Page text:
The publication of the Ethereum chief’s scalability roadmap comes following widespread complaints about extremely high gas fees on the network, which Buterin suggests are only solvable through mass adoption of ZK-rollups.
“Transaction fees on L1 have been very high for months and there is greater urgency in doing anything required to help facilitate an ecosystem-wide move to rollups.
“Rollups are already significantly reducing fees for many Ethereum users: l2fees.info frequently shows Optimism and Arbitrum providing fees that are ~3-8x lower than the Ethereum base layer itself, and ZK rollups, which have better data compression and can avoid including signatures, have fees ~40-100x lower than the base layer.”
This, in effect, creates a protocol in which digital transactions can take place without anyone seeing anyone else’s sensitive data and be compressed, reducing the amount of blockchain data that has to pass through the strained network, and therefore affording scalability.
ZK-rollups take it a step further – bundling hundreds of transfers into one smart contract transaction. The smart contract can be interacted with to automatically deconstruct and verify any given transfers held.
Sharding + rollups = ultra-high scaling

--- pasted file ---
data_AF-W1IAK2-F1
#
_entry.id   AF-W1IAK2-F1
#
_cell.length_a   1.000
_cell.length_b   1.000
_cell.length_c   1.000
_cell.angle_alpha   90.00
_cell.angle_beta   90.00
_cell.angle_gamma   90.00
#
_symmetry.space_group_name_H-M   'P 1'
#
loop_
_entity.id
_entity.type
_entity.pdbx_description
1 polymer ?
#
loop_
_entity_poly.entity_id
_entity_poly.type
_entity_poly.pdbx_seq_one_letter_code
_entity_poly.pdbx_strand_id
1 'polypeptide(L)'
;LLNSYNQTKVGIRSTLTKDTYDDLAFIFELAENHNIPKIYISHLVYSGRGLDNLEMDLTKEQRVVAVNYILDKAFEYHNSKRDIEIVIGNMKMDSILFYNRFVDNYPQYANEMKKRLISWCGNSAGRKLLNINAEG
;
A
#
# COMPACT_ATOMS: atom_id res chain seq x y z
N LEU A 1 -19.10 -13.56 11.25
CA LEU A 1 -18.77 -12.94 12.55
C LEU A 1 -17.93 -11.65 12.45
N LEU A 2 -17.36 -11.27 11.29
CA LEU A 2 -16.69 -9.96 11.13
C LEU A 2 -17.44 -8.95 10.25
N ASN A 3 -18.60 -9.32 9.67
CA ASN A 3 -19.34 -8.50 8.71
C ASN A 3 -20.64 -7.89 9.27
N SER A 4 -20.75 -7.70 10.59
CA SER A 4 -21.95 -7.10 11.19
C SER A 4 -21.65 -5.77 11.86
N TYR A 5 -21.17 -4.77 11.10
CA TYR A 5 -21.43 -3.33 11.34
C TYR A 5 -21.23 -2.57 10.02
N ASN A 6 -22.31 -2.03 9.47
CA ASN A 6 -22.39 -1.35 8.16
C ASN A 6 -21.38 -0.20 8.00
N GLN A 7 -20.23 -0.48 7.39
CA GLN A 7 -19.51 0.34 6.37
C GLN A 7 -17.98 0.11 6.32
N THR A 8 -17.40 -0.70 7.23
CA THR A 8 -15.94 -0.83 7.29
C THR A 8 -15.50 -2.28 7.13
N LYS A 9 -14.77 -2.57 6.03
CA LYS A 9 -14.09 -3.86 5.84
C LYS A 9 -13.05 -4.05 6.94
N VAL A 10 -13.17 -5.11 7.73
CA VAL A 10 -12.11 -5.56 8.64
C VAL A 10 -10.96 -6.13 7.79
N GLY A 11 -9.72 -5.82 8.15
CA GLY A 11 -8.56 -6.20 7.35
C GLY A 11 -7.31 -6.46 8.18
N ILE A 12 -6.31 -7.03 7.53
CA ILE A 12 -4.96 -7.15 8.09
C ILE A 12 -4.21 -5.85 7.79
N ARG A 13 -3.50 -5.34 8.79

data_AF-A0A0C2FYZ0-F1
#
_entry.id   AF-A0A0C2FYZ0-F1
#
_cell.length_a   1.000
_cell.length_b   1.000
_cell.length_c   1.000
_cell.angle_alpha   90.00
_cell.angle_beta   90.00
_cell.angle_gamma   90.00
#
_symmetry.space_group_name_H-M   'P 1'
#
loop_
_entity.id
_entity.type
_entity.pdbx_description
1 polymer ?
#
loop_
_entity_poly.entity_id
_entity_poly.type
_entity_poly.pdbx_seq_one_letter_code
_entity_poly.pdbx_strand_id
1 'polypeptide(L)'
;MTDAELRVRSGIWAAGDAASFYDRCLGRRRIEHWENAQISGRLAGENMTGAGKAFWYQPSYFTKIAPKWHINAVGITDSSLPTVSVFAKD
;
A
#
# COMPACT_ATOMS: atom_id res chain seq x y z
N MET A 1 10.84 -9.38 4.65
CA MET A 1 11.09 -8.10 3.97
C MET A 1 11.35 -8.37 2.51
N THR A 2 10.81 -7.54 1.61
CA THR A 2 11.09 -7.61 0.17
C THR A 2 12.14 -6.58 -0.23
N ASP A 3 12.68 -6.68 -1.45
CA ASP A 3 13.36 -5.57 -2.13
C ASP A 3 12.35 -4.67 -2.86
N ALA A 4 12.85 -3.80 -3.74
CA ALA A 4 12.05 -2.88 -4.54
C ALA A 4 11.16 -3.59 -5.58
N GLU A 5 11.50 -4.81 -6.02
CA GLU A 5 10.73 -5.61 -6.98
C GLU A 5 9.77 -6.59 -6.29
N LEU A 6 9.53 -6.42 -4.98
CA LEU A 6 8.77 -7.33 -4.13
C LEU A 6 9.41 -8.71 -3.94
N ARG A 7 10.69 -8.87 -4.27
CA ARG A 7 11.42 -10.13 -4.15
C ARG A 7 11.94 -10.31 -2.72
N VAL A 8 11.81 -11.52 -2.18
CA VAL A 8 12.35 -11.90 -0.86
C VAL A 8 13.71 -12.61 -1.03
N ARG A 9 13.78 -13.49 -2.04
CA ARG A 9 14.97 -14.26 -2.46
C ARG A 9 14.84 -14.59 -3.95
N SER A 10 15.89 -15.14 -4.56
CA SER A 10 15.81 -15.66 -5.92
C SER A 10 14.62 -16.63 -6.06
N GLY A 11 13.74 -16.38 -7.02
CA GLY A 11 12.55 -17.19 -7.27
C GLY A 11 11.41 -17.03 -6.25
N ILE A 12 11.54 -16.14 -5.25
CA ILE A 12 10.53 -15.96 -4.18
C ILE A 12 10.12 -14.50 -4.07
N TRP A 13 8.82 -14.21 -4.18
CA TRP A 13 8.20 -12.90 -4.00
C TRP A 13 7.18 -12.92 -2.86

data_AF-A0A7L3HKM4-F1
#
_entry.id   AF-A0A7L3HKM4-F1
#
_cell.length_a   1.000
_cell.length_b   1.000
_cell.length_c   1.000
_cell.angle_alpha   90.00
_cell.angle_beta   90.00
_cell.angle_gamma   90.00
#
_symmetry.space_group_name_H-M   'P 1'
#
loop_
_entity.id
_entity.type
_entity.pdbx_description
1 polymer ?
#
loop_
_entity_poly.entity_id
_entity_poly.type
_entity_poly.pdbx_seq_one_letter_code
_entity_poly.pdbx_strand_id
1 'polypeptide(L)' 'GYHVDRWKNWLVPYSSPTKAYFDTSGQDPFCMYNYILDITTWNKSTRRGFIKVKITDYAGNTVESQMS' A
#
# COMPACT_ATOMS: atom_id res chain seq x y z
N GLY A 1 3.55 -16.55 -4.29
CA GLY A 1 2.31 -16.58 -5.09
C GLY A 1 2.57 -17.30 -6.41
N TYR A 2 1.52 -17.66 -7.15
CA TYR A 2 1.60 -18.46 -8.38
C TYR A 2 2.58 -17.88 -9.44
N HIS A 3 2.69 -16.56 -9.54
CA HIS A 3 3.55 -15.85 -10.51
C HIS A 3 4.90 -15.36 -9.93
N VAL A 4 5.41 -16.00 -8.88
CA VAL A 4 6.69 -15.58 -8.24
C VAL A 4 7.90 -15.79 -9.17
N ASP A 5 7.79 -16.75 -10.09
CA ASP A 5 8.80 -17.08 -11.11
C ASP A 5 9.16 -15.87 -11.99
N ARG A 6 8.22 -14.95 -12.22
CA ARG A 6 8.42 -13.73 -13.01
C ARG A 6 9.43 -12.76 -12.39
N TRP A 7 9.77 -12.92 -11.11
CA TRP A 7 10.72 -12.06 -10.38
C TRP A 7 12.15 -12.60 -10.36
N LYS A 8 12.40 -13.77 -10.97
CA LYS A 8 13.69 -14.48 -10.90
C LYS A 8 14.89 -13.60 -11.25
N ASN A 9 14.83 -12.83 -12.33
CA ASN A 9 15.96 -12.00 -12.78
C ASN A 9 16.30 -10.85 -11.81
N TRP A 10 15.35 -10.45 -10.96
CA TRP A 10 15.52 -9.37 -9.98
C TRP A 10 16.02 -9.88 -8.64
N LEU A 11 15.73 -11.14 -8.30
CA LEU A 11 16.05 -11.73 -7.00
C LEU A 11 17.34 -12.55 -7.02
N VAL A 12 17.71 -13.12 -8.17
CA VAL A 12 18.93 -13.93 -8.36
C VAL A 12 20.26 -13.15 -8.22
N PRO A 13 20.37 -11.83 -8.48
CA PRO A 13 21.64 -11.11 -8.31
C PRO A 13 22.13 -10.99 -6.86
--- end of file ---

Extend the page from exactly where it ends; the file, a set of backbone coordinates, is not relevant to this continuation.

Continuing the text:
Buterin believes rollups too will ultimately be limited in the long-term, constraining some users unable to pay even the reduced gas fees.
“Even these fees are too expensive for many users,” he added.
“It has been understood for a long time that the solution to the long-term inadequacy of rollups in their present form is data sharding, which would add ~1-2 MB/sec of dedicated data space for rollups to the chain.”
Sharding seeks to fractionalise the data-load that needs to be processed for a transaction to take place.
By sharding the transactional information between numerous nodes that are only responsible for processing and storing an individual fractional shard of information – it is possible to reduce the burden of work necessary for a node to validate a transaction.
The original ETH2 roadmap was created with 3 phases:
0. PoS (this is the one that's coming very soon)
1. Sharding of data, but not of computation (that is, the sharded chain will *include* ~2 MB/sec of data, but it will just be dumb data blobs, not txs)
2. Sharded tx processing
— vitalik.eth (@VitalikButerin) October 5, 2020
This is due to take place after the mainnet launch of Ethereum 2.0 proof-of-stake (PoS).
Vitalik’s idea is effectively ‘rollups on top of sharding’, but this creates its own issue – where will the historical data from all these shards be stored?
Enter The Graph
At the end of his roadmap, Buterin addresses the problematic question of where exactly all this data could go – he suggested institutional volunteers, DAOs, block explorers, and torrents as theoretical solutions – but only one project was name-dropped.
“Protocols like The Graph can create incentivised marketplaces where clients pay servers for historical data with Merkle proofs of its correctness,” he highlighted.
“This creates an incentive for people and institutions to run servers that store historical data and provide it on demand.”
The markets briefly reacted with optimism although excitement was dampened by continual GRT token release scheduling.
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